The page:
The above table contains the full list of NYC neighborhoods, 2019 one-bedroom median rents, the number of NYC heat complaints (unique, raw, and normalized 2018 & 2019). It’s currently sorted by the normalized number of complaints received through 1/7/2019, but can be re-sorted on any column. When re-sorting by normalized complaints for this period last year, the top 3 names – Erasmus, Mount Hope, and Norwood – stay in the top 5.

For the most part, the 10 neighborhoods with the most freezing New Yorkers are the same as last year but in a slightly different order. Rent in these neighborhoods is also well below the NYC median, which hovers around $3,000 for a one-bedroom. The top 10 neighborhoods all have rents near or below $2,000, save for Erasmus. We can see that these issues are repeated and prevalent over time. Shown geographically next, it is even more clear how things are unfortunately not changing.

Figure 3

Taking a look at the above maps, it’s hard to discern one from another, which at first prompts a “so-what” or a kind of bored response. This means, however, that same people are suffering that were cold last year. The same landlords in the same areas still aren’t adequately heating their buildings, and the same Department of Housing isn’t doing enough to make sure these people aren’t cold. One can only imagine how the person or persons at these addresses making hundreds of calls must feel. Year-after-year, cold and seemingly screaming into the wind for help.

Figure 4

The table above lists the most complained about addresses, ranked by unique complaint count, with raw counts as well. If the address received complaints last year as well, the number of complaints from this same period last year (October 1 – January 7th) as well as their rank last year is displayed. Any address that also ranked in the top 50 last year is highlighted in red. A significant portion of the list appeared in the top 50 last year too.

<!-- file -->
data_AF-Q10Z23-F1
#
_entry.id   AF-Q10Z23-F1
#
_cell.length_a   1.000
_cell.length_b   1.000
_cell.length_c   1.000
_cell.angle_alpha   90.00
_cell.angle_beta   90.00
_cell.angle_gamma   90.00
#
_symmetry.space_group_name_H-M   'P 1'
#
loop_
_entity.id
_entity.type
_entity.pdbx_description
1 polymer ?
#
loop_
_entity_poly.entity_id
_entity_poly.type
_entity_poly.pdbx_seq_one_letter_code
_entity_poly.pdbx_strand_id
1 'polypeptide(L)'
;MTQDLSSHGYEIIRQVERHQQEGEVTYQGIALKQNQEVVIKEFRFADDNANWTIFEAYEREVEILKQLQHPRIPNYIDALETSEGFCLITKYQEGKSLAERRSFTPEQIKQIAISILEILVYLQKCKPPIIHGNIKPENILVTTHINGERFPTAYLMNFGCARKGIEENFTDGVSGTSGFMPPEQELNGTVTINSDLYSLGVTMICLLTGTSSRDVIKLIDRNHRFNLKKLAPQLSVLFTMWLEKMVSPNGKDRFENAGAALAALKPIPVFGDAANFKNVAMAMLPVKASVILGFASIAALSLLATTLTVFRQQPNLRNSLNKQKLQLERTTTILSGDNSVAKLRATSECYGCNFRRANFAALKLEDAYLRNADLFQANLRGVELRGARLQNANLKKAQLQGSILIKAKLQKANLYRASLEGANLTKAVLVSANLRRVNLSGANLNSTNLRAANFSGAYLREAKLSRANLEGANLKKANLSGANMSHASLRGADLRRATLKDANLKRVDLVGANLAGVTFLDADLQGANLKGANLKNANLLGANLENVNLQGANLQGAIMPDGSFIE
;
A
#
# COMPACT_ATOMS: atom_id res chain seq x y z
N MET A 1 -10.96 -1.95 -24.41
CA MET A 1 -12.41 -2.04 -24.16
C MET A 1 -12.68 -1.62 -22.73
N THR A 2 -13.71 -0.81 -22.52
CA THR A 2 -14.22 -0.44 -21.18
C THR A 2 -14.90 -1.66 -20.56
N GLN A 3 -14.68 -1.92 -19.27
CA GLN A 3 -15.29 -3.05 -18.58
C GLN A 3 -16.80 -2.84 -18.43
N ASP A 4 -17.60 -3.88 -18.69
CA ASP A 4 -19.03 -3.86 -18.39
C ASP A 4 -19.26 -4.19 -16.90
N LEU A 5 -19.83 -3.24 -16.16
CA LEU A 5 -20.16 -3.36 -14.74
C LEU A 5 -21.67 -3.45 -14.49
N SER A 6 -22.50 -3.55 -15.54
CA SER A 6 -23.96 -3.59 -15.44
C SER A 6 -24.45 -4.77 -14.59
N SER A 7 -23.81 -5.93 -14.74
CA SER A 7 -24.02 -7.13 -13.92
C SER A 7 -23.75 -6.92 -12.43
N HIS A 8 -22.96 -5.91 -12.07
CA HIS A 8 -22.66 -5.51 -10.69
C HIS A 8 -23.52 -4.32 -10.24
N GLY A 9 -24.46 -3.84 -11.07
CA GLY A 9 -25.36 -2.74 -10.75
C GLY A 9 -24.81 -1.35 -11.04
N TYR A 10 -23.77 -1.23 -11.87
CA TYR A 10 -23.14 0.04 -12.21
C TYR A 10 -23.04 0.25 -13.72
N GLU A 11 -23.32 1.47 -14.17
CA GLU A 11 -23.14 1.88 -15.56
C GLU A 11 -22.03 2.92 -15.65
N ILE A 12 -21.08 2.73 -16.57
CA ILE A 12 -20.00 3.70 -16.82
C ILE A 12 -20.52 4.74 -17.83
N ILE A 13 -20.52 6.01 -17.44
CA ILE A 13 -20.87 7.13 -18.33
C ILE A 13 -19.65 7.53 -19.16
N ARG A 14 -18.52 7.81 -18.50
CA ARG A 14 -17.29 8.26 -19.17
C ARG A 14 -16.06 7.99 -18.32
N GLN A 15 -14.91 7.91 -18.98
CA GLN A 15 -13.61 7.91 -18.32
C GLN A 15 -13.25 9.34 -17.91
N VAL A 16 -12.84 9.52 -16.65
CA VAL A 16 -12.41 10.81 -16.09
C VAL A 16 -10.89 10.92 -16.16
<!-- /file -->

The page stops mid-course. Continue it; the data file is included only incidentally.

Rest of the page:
The prevalence of repeat offenders is quite disconcerting. It’s certainly possible that there are people that have it out for their landlords, but this many repeat names likely means that things aren’t being fixed and the same people that suffered last year are again this year.

Figure 5

The chart above shows how bad last week really was, compared to other first weeks in the last 9 years. And, by all accounts, the first week of 2019 was quite mild compared to last year’s “bomb cyclone.”

How does the NYC “Heat Season” work?

From October 1st through May 31 landlords are required to provide heat for all tenants. The requirements are pretty low:

  • Between 6:00 AM and 10:00 PM, if the outside temperature falls below 55 degrees, the inside temperature is required to be at least 68 degrees F
  • Between 10:00 PM and 6:00 AM, if the temperature outside falls below 40 degrees, the inside temperature is required to be at least 55 degrees F


Figure 6

Looking back at the past 4 years of complaints grouped by week, we can see that, with the exception last year, complaints have been fairly evenly distributed across the heat season, with a distinct ramp-up and ramp-down at the beginning and the end of the season.

What can I do if I think my apartment isn’t being adequately heated?

If you find that your heat isn’t meeting the low minimum requirements, you should first reach out to your landlord. Certified Mail is recommended if it’s an ongoing issue, but I’ve found that text also helps keep a record of the issue and sometimes false promises. If this doesn’t work, calling 311 or visiting the online portal for creating complaints, allows you to make complaints, anonymously if you wish. An inspector from the NYC HPD will come to check the building for violations, usually within a few days, but from the looks of things, they may be backed up.

Regardless, be diligent. Repeated calls and texts to my own landlord has helped me get a little warmer. Usually just one call to 311 gets the message to a scroogey landlord that you know your rights.

Moving into a new place?

Use the NYC Housing Preservation & Developments’s tool to check the address of the building for past and open violations.